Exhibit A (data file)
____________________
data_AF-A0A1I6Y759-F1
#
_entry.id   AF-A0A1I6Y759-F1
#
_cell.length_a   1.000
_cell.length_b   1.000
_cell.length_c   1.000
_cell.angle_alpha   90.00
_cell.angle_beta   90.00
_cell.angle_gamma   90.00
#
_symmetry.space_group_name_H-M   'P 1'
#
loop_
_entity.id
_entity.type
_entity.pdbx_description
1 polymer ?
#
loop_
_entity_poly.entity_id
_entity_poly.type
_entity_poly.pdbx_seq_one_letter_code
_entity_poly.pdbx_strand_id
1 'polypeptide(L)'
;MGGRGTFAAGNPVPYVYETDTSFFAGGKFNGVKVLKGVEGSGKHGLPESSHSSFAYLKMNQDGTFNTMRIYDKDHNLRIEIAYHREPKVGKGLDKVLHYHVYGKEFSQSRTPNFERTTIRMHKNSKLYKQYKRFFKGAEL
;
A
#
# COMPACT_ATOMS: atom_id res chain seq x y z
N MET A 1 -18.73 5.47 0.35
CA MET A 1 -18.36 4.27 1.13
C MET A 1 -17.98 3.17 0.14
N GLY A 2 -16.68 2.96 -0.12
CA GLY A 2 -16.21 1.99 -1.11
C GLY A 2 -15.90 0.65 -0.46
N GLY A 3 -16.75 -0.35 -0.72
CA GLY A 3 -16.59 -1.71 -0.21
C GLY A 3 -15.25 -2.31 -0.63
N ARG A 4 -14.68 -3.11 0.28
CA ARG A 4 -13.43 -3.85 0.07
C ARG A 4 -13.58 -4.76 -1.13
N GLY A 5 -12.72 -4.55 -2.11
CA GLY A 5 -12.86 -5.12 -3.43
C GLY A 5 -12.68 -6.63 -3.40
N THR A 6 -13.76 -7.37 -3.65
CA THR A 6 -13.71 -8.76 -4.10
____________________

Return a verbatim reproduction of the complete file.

data_AF-A0A1I6Y759-F1
#
_entry.id   AF-A0A1I6Y759-F1
#
_cell.length_a   1.000
_cell.length_b   1.000
_cell.length_c   1.000
_cell.angle_alpha   90.00
_cell.angle_beta   90.00
_cell.angle_gamma   90.00
#
_symmetry.space_group_name_H-M   'P 1'
#
loop_
_entity.id
_entity.type
_entity.pdbx_description
1 polymer ?
#
loop_
_entity_poly.entity_id
_entity_poly.type
_entity_poly.pdbx_seq_one_letter_code
_entity_poly.pdbx_strand_id
1 'polypeptide(L)'
;MGGRGTFAAGNPVPYVYETDTSFFAGGKFNGVKVLKGVEGSGKHGLPESSHSSFAYLKMNQDGTFNTMRIYDKDHNLRIEIAYHREPKVGKGLDKVLHYHVYGKEFSQSRTPNFERTTIRMHKNSKLYKQYKRFFKGAEL
;
A
#
# COMPACT_ATOMS: atom_id res chain seq x y z
N MET A 1 -18.73 5.47 0.35
CA MET A 1 -18.36 4.27 1.13
C MET A 1 -17.98 3.17 0.14
N GLY A 2 -16.68 2.96 -0.12
CA GLY A 2 -16.21 1.99 -1.11
C GLY A 2 -15.90 0.65 -0.46
N GLY A 3 -16.75 -0.35 -0.72
CA GLY A 3 -16.59 -1.71 -0.21
C GLY A 3 -15.25 -2.31 -0.63
N ARG A 4 -14.68 -3.11 0.28
CA ARG A 4 -13.43 -3.85 0.07
C ARG A 4 -13.58 -4.76 -1.13
N GLY A 5 -12.72 -4.55 -2.11
CA GLY A 5 -12.86 -5.12 -3.43
C GLY A 5 -12.68 -6.63 -3.40
N THR A 6 -13.76 -7.37 -3.65
CA THR A 6 -13.71 -8.76 -4.10